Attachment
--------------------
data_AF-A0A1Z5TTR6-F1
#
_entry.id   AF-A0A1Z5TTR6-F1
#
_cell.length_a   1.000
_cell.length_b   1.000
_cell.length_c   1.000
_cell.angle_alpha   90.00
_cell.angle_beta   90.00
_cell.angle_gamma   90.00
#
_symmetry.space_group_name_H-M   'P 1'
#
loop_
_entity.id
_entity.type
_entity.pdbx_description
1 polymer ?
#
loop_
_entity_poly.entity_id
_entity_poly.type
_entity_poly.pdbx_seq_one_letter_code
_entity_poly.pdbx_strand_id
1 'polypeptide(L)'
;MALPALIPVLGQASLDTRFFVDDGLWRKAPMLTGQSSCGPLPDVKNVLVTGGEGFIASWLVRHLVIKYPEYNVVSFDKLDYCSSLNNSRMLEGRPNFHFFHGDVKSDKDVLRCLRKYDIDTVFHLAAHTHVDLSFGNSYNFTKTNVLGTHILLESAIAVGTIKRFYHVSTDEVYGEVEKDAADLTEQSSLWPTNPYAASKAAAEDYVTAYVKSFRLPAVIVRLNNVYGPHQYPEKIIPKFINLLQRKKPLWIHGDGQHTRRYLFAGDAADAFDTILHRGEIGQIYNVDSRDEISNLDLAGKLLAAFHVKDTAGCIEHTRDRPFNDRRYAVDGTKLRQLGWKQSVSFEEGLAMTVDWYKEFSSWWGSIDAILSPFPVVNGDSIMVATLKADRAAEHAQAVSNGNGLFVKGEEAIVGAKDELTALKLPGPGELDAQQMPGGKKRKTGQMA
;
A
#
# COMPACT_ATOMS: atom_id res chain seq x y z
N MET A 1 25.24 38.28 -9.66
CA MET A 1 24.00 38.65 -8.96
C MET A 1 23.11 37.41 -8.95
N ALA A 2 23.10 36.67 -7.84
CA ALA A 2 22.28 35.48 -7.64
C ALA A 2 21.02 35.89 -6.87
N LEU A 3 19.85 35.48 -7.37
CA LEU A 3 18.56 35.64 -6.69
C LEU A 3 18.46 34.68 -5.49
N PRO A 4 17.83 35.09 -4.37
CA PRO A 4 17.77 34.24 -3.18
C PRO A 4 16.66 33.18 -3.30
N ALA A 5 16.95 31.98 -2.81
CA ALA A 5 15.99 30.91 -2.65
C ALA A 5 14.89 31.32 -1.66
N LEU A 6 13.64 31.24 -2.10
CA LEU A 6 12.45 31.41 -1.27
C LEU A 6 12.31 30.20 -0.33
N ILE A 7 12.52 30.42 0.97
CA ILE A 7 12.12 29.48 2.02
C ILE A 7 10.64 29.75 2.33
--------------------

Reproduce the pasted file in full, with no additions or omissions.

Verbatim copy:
data_AF-A0A1Z5TTR6-F1
#
_entry.id   AF-A0A1Z5TTR6-F1
#
_cell.length_a   1.000
_cell.length_b   1.000
_cell.length_c   1.000
_cell.angle_alpha   90.00
_cell.angle_beta   90.00
_cell.angle_gamma   90.00
#
_symmetry.space_group_name_H-M   'P 1'
#
loop_
_entity.id
_entity.type
_entity.pdbx_description
1 polymer ?
#
loop_
_entity_poly.entity_id
_entity_poly.type
_entity_poly.pdbx_seq_one_letter_code
_entity_poly.pdbx_strand_id
1 'polypeptide(L)'
;MALPALIPVLGQASLDTRFFVDDGLWRKAPMLTGQSSCGPLPDVKNVLVTGGEGFIASWLVRHLVIKYPEYNVVSFDKLDYCSSLNNSRMLEGRPNFHFFHGDVKSDKDVLRCLRKYDIDTVFHLAAHTHVDLSFGNSYNFTKTNVLGTHILLESAIAVGTIKRFYHVSTDEVYGEVEKDAADLTEQSSLWPTNPYAASKAAAEDYVTAYVKSFRLPAVIVRLNNVYGPHQYPEKIIPKFINLLQRKKPLWIHGDGQHTRRYLFAGDAADAFDTILHRGEIGQIYNVDSRDEISNLDLAGKLLAAFHVKDTAGCIEHTRDRPFNDRRYAVDGTKLRQLGWKQSVSFEEGLAMTVDWYKEFSSWWGSIDAILSPFPVVNGDSIMVATLKADRAAEHAQAVSNGNGLFVKGEEAIVGAKDELTALKLPGPGELDAQQMPGGKKRKTGQMA
;
A
#
# COMPACT_ATOMS: atom_id res chain seq x y z
N MET A 1 25.24 38.28 -9.66
CA MET A 1 24.00 38.65 -8.96
C MET A 1 23.11 37.41 -8.95
N ALA A 2 23.10 36.67 -7.84
CA ALA A 2 22.28 35.48 -7.64
C ALA A 2 21.02 35.89 -6.87
N LEU A 3 19.85 35.48 -7.37
CA LEU A 3 18.56 35.64 -6.69
C LEU A 3 18.46 34.68 -5.49
N PRO A 4 17.83 35.09 -4.37
CA PRO A 4 17.77 34.24 -3.18
C PRO A 4 16.66 33.18 -3.30
N ALA A 5 16.95 31.98 -2.81
CA ALA A 5 15.99 30.91 -2.65
C ALA A 5 14.89 31.32 -1.66
N LEU A 6 13.64 31.24 -2.10
CA LEU A 6 12.45 31.41 -1.27
C LEU A 6 12.31 30.20 -0.33
N ILE A 7 12.52 30.42 0.97
CA ILE A 7 12.12 29.48 2.02
C ILE A 7 10.64 29.75 2.33